Minor event is major success at the St Paul's tournament
Today at 12 noon at the St Paul's Shaw's Road pitch, the ball will be thrown in between Kilcoo (Down) and Cappagh (Tyrone) minors to signal the start of the 38th St Paul's Ulster Minor Club Championship tournament.
Later on today, Armagh champions Silverbridge will face Donegal's Termon on the grounds of Coláiste Feirste and the entire competition will be well and truly underway, heading for its fifth decade in existence.
It is a gem of GAA activity at a time when most are drawn to the stove in the corner, with attendances reaching up towards 4,000 for the final on New Year's Day. What's most impressive is how the west Belfast club have managed to keep the competition thriving in the face of, if not opposition, then certainly a lack of wholehearted support down through the years.
Brian Coyle, the long-serving ladies football manager for St Paul's, was one of the very first people who identified the idea and pursued it.
"Basically, we had a very, very successful minor team for a few years, unbeaten in Antrim, and I thought, 'you know what, if the seniors can go on in Ulster, why can't minors?'" he explains.
"So I started it then with Tony McGee from the Irish News, at that time he was giving me a helping hand, getting me phone numbers for county secretaries and assisting me in that way.
"Mickey Feeney was the Ulster secretary at that time. He said you can't have a nine-team tournament, which meant me and Tony looked at a different way of doing it, so we split it up into a southern and a northern section," he adds.
So Brian and another couple of St Paul's men took a trip down to the Killyhevlin Hotel outside Enniskillen, where they met with Jim Tummon of Enniskillen Gaels.
They decided they would host a 'southern Ulster conference' with teams from Fermanagh, Cavan, Monaghan and Donegal playing off.
And from there on, it has become a - for want of a different word - fixture.
"The whole idea was to get minors on a level par with men's teams," Coyle says.
"We actually ran an All-Ireland one year when we had teams such as one from Offaly, Ferbane, who went on to win it. We only played once in the All-Ireland series.
"Nemo Rangers were in it too and it was too hard to organise and other provinces weren't as well organised as Ulster," he explains.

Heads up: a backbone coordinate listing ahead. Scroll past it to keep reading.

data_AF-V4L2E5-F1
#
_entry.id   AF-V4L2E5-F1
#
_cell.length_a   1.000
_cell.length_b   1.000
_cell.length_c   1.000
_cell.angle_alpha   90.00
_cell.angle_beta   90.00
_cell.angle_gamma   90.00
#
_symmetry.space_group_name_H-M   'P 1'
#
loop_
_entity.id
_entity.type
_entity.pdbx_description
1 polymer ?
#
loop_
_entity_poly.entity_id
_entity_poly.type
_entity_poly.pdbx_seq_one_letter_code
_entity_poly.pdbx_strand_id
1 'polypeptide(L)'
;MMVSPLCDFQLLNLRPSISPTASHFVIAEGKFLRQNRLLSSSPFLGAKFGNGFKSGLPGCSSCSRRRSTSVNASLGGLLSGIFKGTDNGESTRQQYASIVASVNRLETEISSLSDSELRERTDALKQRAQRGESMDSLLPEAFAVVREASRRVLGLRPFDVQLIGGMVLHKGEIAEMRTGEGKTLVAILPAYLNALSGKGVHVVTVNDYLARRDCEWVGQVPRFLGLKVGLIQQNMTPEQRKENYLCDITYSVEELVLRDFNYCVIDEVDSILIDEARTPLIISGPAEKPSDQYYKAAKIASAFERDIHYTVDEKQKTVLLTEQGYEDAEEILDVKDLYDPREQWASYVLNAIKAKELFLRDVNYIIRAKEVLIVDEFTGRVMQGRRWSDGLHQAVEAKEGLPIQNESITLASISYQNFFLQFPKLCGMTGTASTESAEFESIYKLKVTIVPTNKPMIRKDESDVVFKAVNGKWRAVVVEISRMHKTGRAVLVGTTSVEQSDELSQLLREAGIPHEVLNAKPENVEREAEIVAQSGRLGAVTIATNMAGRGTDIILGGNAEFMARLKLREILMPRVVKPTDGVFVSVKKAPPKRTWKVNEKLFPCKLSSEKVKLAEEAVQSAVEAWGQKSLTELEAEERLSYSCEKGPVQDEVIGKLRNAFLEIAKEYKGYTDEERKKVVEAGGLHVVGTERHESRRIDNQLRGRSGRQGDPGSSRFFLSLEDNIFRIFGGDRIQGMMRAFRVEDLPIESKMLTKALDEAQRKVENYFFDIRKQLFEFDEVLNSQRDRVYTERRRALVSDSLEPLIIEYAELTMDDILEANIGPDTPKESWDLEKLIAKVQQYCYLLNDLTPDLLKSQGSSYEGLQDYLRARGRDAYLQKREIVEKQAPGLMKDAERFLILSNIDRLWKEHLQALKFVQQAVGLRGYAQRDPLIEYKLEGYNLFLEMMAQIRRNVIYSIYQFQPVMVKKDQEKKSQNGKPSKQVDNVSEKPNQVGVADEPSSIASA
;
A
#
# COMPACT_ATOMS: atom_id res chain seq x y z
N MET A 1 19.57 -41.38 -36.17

The cast of players who have featured is something else.
From the early days, Paul Brewster of Enniskillen Gaels, Dermot McNicholl of Glenullin, along with Brian and Aidan Donnelly of the host club and Manus Boyle of Killybegs, right up to the present day and the likes of Conor Glass, who was an integral part of the Glen, Maghera team that captured four consecutive titles from 2011 to 2014.
But it doesn't run by itself and a huge debt of gratitude belongs to Rob Murphy, the organiser within the club, according to St Paul's current chairman Paul Stephenson.
"We have a committee headed up by Robert Murphy. He is our assistant treasurer. Himself and Billy McLarnon - Billy has been helping to run the tournament now for over 20 years," stated Stephenson.
"They make it very easy because they have been doing it for so long.
"We are immensely proud of it and year-on-year it just gets bigger and better.
"It's a volunteer effort and is very easy for us as a club because there are so many come out to support it.
"The crowds that come out to see it are increasing. For last year's final we must have had three or four thousand people there, which is unprecedented for that time of year."
What they come for is a constant raising of the bar.
They thought they had seen good teams down through the years and, indeed, that successful Glen team had superstars, but last year's champions Bellaghy blew everyone, and all opposition, away.
"Probably one of the best teams I have seen play in it," says Stephenson. "Even including the team that won four in a row.
"Bellaghy were extremely strong, from one to 15, not reliant on individuals, as a team they were exceptional."
Modern life has its advantages. Coyle compares the advances in technology as being a huge aid to the staging and organising now.
"The draw, now you see them being broadcast on different websites. We used to make the draw in our kitchen with a couple of witnesses," he says.
"I mean, my telephone bill was unbelievable back in those days. You would have got it in the ear from the wife; 'are you on that phone again?'"